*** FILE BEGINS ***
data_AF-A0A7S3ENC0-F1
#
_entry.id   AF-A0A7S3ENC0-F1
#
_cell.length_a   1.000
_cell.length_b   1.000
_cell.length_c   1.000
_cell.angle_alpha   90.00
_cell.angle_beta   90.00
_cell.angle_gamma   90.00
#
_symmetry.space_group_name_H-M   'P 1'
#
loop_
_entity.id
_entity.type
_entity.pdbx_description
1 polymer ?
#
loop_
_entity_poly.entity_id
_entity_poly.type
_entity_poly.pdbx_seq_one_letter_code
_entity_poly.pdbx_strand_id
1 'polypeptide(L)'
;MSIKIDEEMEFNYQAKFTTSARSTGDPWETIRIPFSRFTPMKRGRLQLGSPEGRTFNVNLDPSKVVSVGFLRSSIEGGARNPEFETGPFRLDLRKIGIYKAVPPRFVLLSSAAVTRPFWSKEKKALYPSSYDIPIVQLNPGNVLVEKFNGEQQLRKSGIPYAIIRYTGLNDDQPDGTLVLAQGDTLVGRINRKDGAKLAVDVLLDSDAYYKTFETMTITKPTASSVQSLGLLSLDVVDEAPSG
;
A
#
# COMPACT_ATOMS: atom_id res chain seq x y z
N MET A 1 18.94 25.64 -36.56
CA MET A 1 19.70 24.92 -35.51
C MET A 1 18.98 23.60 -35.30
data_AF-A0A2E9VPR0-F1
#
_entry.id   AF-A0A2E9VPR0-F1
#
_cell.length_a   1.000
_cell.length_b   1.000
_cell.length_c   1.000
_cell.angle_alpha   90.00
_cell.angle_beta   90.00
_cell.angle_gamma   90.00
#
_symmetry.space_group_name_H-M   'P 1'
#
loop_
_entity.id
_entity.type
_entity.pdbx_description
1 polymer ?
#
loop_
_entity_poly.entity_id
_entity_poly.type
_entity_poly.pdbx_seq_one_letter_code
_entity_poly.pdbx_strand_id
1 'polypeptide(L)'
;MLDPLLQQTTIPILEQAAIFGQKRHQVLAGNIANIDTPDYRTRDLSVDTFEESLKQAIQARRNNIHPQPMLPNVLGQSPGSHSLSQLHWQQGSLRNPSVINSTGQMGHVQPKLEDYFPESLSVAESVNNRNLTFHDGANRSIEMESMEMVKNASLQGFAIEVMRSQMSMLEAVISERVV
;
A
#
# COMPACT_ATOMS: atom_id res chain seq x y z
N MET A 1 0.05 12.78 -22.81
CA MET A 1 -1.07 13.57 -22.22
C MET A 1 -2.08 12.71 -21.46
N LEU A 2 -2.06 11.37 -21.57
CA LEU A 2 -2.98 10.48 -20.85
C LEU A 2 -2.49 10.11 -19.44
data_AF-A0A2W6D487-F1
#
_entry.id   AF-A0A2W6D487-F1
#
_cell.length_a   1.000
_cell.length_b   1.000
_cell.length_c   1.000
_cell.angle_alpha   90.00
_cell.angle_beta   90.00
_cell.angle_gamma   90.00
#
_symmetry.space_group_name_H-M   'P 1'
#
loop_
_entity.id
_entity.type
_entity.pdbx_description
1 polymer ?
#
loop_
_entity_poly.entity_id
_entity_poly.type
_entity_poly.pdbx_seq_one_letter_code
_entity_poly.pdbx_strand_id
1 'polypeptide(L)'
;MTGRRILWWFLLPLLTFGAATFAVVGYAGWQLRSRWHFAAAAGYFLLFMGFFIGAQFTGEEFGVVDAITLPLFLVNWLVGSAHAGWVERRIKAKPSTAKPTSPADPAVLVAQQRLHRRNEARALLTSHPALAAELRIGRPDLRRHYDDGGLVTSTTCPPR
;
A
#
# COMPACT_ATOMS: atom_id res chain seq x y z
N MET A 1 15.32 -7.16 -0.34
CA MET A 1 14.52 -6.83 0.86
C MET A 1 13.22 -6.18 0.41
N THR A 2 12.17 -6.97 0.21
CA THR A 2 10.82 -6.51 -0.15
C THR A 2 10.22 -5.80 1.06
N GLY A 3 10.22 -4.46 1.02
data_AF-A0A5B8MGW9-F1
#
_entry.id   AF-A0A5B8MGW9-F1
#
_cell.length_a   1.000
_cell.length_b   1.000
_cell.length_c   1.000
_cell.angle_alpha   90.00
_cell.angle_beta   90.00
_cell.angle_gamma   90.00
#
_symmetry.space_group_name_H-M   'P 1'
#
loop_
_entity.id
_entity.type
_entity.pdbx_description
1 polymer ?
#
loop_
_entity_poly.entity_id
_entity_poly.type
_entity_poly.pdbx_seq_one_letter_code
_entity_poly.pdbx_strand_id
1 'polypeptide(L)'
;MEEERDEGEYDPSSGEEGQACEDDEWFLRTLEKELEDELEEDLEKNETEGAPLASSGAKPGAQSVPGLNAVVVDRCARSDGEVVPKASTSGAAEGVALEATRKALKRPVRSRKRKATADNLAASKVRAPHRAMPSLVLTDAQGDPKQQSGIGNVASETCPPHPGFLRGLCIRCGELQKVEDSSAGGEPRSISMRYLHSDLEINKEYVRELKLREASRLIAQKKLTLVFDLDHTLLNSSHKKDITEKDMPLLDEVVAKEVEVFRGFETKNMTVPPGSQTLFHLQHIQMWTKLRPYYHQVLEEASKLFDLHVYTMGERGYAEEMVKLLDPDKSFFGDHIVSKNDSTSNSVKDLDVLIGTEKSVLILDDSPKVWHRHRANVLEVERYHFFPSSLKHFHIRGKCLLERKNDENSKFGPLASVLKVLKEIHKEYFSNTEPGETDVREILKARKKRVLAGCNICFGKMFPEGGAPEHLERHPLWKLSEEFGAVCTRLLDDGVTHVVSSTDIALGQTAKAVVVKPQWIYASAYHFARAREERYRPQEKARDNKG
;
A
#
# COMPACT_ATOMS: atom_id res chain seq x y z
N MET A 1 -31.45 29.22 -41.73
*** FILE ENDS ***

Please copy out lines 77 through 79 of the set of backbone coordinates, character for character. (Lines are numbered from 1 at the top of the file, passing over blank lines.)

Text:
_cell.angle_alpha   90.00
_cell.angle_beta   90.00
_cell.angle_gamma   90.00